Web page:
Sunday, April 7, 2013

Why Do Heroes Stand Out?

Over the weekend, the Nebraska Cornhuskers moved into what I call the “Hero Club” when they allowed a 7 year old boy, also a member of the Hero Club in my mind as he struggles with brain cancer, to score a touchdown for the Cornhuskers.

The powerful moment is captured here.

As I marvelled at this powerful moment, I realized why such moments grab our hearts, cause our eyes to mist up and inspire us.

I refer to it as shark attack syndrome.

Shark attacks make the news because they are vivid, raw and rare and because of this, we are captivated when news of such an attack splashes across the media.

Moments like the one in this video are similar, grabbing our hearts because:

1. The powerful moment, in its spontaneity, is all the more heart-gripping because it is so vivid in contrast to what we see in day-to-day life.

But they are rare because:

2. Such events don’t happen as often as they should


3. We don’t share awareness of them as much as we should

In a world caught in the crossfire of unlimited potential versus unlimited greed, apathy, indifference and yes, stupidity, I think we need to work harder at either creating more of these moments or work harder at creating awareness of them.

I also think it would be amazing if moments like the one captured above were so common that they were considered to be almost mundane.

Although I suspect such a world would never be considered mundane.

What do you think?

In service and servanthood,



  1. Harry, thank you for sharing this inspiring story AND prompting us to consider its relevance in a world so fascinated by ‘me.’ As I look around the globe, it seems to me we live in a world where people have come to know more about fear than they know about the stuff of heroes: compassion, decency, and tenderness. Yes, you read that right. We have it wrong if we think popularity or power makes heroes; our heroes, our true heroes, rise from the midst of the people because, in simplest terms, they stand among them. Like all the others, heroes seek tenderness, decency, and compassion. Unlike the others, heroes are willing to be tender, decent, and compassionate when they, personally, have little or nothing to gain from it. We are immediately drawn to them.

    If only we could be more like them.

    Paul Rogat Loeb, writing in Soul of a Citizen, helps us see the log in our own eyes: “The walls we’re building around ourselves, around the closest to us, and ultimately around our hearts may provide a temporary feeling of security. But they can’t prevent the world from affecting us.” More importantly, I would suggest those same walls stand in our way, preventing us from positively affecting the world around us. Heroes, it seems to me, bring those walls down.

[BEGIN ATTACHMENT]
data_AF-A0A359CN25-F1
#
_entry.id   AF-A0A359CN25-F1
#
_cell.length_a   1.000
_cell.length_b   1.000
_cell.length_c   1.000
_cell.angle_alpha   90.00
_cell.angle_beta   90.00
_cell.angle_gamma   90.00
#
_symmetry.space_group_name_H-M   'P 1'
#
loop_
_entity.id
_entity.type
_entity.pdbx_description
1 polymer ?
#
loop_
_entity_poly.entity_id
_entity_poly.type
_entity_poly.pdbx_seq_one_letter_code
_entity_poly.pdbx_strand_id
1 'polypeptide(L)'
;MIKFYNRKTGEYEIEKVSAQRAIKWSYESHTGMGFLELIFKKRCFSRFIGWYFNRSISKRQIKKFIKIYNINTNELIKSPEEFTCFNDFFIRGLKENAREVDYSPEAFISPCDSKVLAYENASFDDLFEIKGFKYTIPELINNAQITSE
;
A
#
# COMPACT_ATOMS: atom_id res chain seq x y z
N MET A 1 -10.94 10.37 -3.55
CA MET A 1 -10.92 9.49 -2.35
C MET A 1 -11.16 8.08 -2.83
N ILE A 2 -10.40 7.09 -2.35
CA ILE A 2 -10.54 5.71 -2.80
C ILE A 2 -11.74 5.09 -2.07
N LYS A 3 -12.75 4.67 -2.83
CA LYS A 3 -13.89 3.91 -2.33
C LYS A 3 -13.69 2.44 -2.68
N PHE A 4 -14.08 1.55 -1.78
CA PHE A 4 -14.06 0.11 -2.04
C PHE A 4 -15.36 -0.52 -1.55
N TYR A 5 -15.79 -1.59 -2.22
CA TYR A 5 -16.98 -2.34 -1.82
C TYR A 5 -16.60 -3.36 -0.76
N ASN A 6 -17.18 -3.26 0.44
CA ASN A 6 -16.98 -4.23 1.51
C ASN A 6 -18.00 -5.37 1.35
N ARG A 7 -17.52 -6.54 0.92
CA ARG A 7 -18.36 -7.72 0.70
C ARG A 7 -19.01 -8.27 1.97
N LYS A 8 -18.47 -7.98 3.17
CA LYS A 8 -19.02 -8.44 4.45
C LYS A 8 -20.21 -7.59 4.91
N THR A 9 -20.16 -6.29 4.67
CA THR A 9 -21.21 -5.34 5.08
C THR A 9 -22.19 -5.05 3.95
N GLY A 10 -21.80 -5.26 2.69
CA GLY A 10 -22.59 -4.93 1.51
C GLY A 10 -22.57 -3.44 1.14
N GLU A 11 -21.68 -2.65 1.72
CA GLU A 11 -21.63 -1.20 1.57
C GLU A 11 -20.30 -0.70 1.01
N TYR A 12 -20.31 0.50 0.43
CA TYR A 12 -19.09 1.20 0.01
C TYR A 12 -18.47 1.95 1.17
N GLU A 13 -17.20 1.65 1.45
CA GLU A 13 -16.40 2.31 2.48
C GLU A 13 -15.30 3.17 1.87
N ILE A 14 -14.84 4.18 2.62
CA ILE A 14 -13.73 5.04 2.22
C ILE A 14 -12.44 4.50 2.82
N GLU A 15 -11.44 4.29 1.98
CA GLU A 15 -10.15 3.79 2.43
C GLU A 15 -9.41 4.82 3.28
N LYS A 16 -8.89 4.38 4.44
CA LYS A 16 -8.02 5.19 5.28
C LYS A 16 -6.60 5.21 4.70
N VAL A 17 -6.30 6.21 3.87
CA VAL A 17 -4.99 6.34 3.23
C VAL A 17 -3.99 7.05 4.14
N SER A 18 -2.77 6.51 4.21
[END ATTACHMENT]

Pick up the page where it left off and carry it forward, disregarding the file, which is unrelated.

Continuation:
Some may ask, ‘why go to all the trouble?’ For me, the answer is simple: heroes bring down those walls for us because we need each other, and we need love, unconditional love — it’s what we crave most. This unconditional love we seek is readily evident in the decent, tender compassion heroes exude; it is manifest in the knowing we hold deep within that what happens to one somehow affects all. To feel the jubilation of a seven-year-old’s touchdown is to score big points in our own lives.

    Deep down, we are saddened to realize unselfish acts of compassion are the exception in our fragile lives rather than the norm. We stand face to face with a heart-starved society. We are so busy trying to become all-stars, movie stars, and rock stars, we forget we live among the stars and that people everywhere are dreaming dreams, each desperate to hitch their wagon to those stars. People need something to believe in, they need their dreams to come true, and they need our help to reach those stars. People need people. Ordinary people willing, if called upon, to do extraordinary things, expecting nothing in return. No fame. No glory. No accolades. No ticker tape parades.

    Humanity has issues, some really big issues, which require our attention. Sadly, we tend to get so busy addressing the symptoms we are completely fail to realize the solutions have been with us all along. Heroes know this. We see it in their constant, quiet empathy, sympathy, and affections. We see it in their love for a stranger. We see it in their service. We see it in their sacrifice.

    Heroes stand out because they are not hiding behind their vulnerabilities. They stand out because they do all they can to help another stand up in a world ready to knock them down. We see them because they create safe spaces where kindness dwells.

  2. A powerful contribution, Jack - thank you for sharing it. I can't even add a build on it - your words are perfect and complete. :-)

    I'm not surprised to hear such words from the passionate man who wrote the powerful book "One With the People: Everything You Need To Be the Leader They Need!"

    Thanks for everything you do for others, Jack - you are a true servant leader. We need more people like you.

    Create a great day.